If you had access to a television in the ‘90s, chances are, you’re very familiar with Erika Alexander. As Maxine Shaw on Living Single and Pam Tucker on The Cosby Show, the actress won over the hearts of Americans nationwide, comfortably securing the title of “TV Icon” while paving the way for a future filled with more inclusive storytelling.
Since then, the actress-writer-producer-entrepreneur hasn’t slowed down one bit. She has appeared in countless films (most recently, Jordan Peele’s Get Out) and TV shows (Insecure, Queen Sugar, and Bosch, just to name a few). She’s co-created and co-written a graphic novel, Concrete Park. Currently, she’s working on a script for “an untitled horror/thriller film.” And she’s doing it all while running her multi-platform media company, Color Farm.
Co-founded with Google exec Ben Arnon last year, Color Farm Media is dedicated to diversifying the worlds of film, TV, digital content, and tech. Rather than sit idly by waiting for these industries to play catch-up, the company actively seeks out a diverse range of voices in order to lift them up and give them the platform they deserve. Their goal? To change the “face” of media, and to make media at large more reflective of the world we’re actually living in.
The Riveter recently asked Alexander a few questions about Color Farm; her thoughts on how we talk about gender and racial pay gaps; and the most important thing she’s had to unlearn over the years.
What led you and Ben to create Color Farm?
Ben and I created Color Farm to bring greater equity, inclusion, and diversity to media. We believe that media shapes culture and society, and storytellers have the ability to make a huge impact. I was discovered at the age of 14 in a basement theater called Freedom in Philadelphia. I auditioned for a movie role along with nearly a thousand other girls and I was chosen. The next thing I knew, I had an entire career I had never even contemplated before. But for most of those other girls, they didn’t get another shot. We launched Color Farm as the Motown of film, TV, and tech with a mantra, “We are looking for you.” We value the underrepresented, undervalued, overlooked, strong, powerful voices out there, and Color Farm is looking for them.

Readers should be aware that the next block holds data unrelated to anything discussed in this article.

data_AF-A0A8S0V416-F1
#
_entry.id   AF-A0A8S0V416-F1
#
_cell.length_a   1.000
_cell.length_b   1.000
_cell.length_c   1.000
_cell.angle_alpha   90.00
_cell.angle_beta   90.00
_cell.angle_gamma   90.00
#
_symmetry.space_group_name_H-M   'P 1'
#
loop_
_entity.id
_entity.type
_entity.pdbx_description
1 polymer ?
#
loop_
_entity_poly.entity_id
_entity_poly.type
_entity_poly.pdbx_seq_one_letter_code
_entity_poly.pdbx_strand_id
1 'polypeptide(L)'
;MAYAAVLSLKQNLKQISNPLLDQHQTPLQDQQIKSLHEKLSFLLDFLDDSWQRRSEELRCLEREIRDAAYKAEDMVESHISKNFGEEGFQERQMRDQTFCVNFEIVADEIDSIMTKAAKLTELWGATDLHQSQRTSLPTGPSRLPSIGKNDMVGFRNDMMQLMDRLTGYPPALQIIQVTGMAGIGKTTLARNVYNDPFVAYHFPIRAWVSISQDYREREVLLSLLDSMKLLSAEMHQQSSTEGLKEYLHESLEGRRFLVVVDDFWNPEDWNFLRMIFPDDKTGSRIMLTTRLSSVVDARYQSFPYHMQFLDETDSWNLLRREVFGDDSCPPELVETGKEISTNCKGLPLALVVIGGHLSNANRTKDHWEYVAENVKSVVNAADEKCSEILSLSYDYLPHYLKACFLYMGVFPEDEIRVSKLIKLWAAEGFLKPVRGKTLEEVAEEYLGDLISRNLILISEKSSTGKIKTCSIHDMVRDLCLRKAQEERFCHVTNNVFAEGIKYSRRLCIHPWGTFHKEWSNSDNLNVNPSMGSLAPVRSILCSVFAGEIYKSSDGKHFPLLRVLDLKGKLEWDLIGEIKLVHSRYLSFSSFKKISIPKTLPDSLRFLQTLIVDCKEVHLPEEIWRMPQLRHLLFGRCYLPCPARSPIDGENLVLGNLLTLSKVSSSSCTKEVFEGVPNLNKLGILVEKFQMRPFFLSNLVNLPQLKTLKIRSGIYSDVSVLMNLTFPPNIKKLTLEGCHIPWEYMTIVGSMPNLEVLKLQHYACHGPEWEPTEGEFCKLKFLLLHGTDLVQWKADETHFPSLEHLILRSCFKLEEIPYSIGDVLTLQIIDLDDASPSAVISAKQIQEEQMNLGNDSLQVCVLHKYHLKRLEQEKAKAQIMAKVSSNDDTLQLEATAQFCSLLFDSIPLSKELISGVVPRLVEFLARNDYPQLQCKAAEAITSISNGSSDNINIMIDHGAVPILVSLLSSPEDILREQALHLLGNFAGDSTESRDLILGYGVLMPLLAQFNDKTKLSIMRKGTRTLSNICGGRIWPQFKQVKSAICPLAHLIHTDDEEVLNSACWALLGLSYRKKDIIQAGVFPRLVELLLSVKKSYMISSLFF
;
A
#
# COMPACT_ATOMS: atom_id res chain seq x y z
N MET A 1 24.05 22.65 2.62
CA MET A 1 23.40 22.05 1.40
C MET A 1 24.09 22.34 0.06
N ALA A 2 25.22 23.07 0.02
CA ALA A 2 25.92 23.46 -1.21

Gender and racial pay gaps are present in every economic sector in the U.S. (and world). How is Color Farm and the work you’re doing addressing that, implicitly or explicitly?
Color Farm never needed to formally announce that we adhere to the inclusion rider or the 4% Pledge. These initiatives are inherently baked into the DNA and the fabric of what we are building. Along with the content we produce in an inclusive manner, we are also thinking about new data paradigms that will more effectively measure impact over popularity and will highlight the strengths among women and black and brown people, so that no company’s analytical formula can claim that we do not add just as much, or more, value as the next person.
Why do you think the gender pay gap is framed as “a women’s issue”?
Sexism and ignorance. The gender pay gap is an everybody issue. Calling it a “women’s issue” is the systemic way men have historically pushed the issue aside, and that is “their” issue.
What does the future of Color Farm look like?
At Color Farm we want to change the “face” of media—film, television, news, and tech. It won’t be easy, because these industries have very strong muscle memory. But the New Majority (underrepresented, marginalized communities) is a powerful gravitational force that is reshaping our current universe. So, the future of Color Farm looks like the inside of a human kaleidoscope—many different colors, shapes, and sizes that create an endless number of possibilities. That’s what happens when you use all the crayons in the coloring box. That’s what happens when you’re not afraid of different opinions, different voices, different races. The world we live in now is seen mostly in black and white. Color Farm Media will help us pull off the cataracts and correct the distortion. Finally, we’ll get to see and experience the world as it is.
What is something you’ve have had to unlearn?
I’ve had to stop myself from anticipating that bad news follows good news. I’ve also had to stop rehearsing negative scenarios that create potential complications so I can protect myself from possible failures. It’s a habit I developed from the disappointment of childhood and living in emotional poverty. My hypocritical father, and his punishing nature, seemed to always follow a successful moment. I live on that edge. I’m preparing myself for the “no.” However, I’ve started to rehearse how to prepare myself for the “yes.”
This interview has been edited and condensed for clarity.